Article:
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What is Lyme Disease?
Lyme Disease is complicated. Named after the East Coast town of Lyme, Connecticut, where it was first discovered in 1975, it is a bacterial infection caused by an organism called Borrelia burgdorferi. Transmission occurs by a tick (specifically a deer tick) or insect bite. The tick, after feeding off infected deer, birds, rodents or even your pet, gets on you where it numbs your skin so you won’t feel it. It finds a dark spot such as your armpit or behind your ear, or your scalp to bite you. Depending on the season, the tick may be immature, called a nymph (which is about as big as a poppy seed). Lyme can also be transmitted by other ticks, fleas, mosquitoes and possibly even spiders.
Prevention is the best cure. Protect Yourself by:
Be aware of your environment. Take special care in moist and humid environments, particularly in and near wooded or grassy areas since this is where deer ticks live. Walk in the center of trails and avoid walking through tall bushes or other vegetation.
Cover yourself appropriately. Use insect repellant and clothing (sun hats, long sleeve tops, long bottoms, tuck pants into socks, closed shoes) to keep ticks and other insects from biting.
Inspect yourself carefully. Do daily tick checks after spending any time outdoors. Be thorough and check all parts using a mirror, including:
- Under the arms
- In and around the ears
- Inside the belly button
- Back of the knees
- In and around all head and body hair
- Between the legs
- Around the waist
Check your clothing, your children and your pets to prevent any ticks that might be carried into the house. Remove ticks from clothes by putting them in the dryer. Remove any ticks from your skin you using fine-tipped tweezers to grasp the tick as close to the skin’s surface as possible. If a tick is attached to your skin for less than 24 hours, your chance of getting Lyme disease is extremely low.
Pull upward with steady, even pressure. Try to keep the tick intact.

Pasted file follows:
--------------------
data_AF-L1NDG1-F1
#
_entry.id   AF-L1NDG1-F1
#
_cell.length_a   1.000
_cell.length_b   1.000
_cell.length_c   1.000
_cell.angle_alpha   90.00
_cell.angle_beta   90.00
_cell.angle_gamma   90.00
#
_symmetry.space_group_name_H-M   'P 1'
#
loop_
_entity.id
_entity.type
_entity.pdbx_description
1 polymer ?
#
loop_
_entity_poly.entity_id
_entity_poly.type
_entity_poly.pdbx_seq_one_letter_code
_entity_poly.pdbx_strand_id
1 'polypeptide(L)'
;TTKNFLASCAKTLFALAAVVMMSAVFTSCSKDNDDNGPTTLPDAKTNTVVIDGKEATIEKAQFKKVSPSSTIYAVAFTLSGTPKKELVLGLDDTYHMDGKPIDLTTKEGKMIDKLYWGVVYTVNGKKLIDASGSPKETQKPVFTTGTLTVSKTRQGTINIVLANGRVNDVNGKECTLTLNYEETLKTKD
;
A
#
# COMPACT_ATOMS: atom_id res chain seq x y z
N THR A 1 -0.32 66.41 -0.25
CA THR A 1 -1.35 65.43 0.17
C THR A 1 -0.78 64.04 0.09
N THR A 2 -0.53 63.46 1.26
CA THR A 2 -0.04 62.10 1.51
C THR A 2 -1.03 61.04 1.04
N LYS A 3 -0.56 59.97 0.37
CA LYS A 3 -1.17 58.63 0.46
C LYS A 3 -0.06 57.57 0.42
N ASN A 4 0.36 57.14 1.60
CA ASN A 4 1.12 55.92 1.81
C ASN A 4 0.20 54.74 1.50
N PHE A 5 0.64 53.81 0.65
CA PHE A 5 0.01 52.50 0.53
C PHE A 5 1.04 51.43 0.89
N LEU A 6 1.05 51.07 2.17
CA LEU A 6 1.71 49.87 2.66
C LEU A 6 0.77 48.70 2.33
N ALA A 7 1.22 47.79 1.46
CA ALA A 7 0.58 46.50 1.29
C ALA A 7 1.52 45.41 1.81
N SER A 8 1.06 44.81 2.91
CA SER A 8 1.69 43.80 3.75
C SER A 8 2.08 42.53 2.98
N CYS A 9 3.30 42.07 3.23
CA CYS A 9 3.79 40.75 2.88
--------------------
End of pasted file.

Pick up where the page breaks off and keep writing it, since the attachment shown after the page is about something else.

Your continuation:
Clean the bite area afterwards using rubbing alcohol or soap and water. Dispose of a live tick by putting it in alcohol, placing it in a sealed bag/container, wrapping it tightly in tape, or flushing it down the toilet.
What to do if you suspect you have been bitten?
If you see a “bullseye rash,” seek professional help immediately. Keep in mind, it is not always bulls-eye shaped and this rash resolves rather quickly after the tick bite.
Besides the rash, some of the first symptoms of Lyme disease may include a flu-like condition with fever, chills, headache, stiff neck, achiness and fatigue. Treatment at this point is crucial because it may help you avoid chronic Lyme. If you don’t see the tick and remove it, it can progress to ailments like arthritis, facial palsy, nervous system and heart problems and a hundred other symptoms.
Diagnosis is be complicated for many reasons. Conventional lab testing is notoriously unreliable for picking up the infection. Many species of the germ exist and the often there exists co-infections from other germs from one tick/insect bite. Only a handful of strains are currently detectable with most up to date lab science technology.
But don’t let the absence of a rash stop you from pursuing care if you suspect infection. Lyme disease presents in many different ways, and most people who are infected by it, don’t look sick and their bloodwork appears normal. Many doctors and health care practitioners are not well-versed in thorough treatment strategies. You need to be your own health advocate.
If caught early, Lyme Disease does respond to antibiotic therapy (for a minimum of 10 weeks). There are specialized lab tests that are more sensitive than conventional lab tests. Get tested and get the proper care you need from a Lyme literate health care provider. Lyme Disease is too serious to not be taken seriously.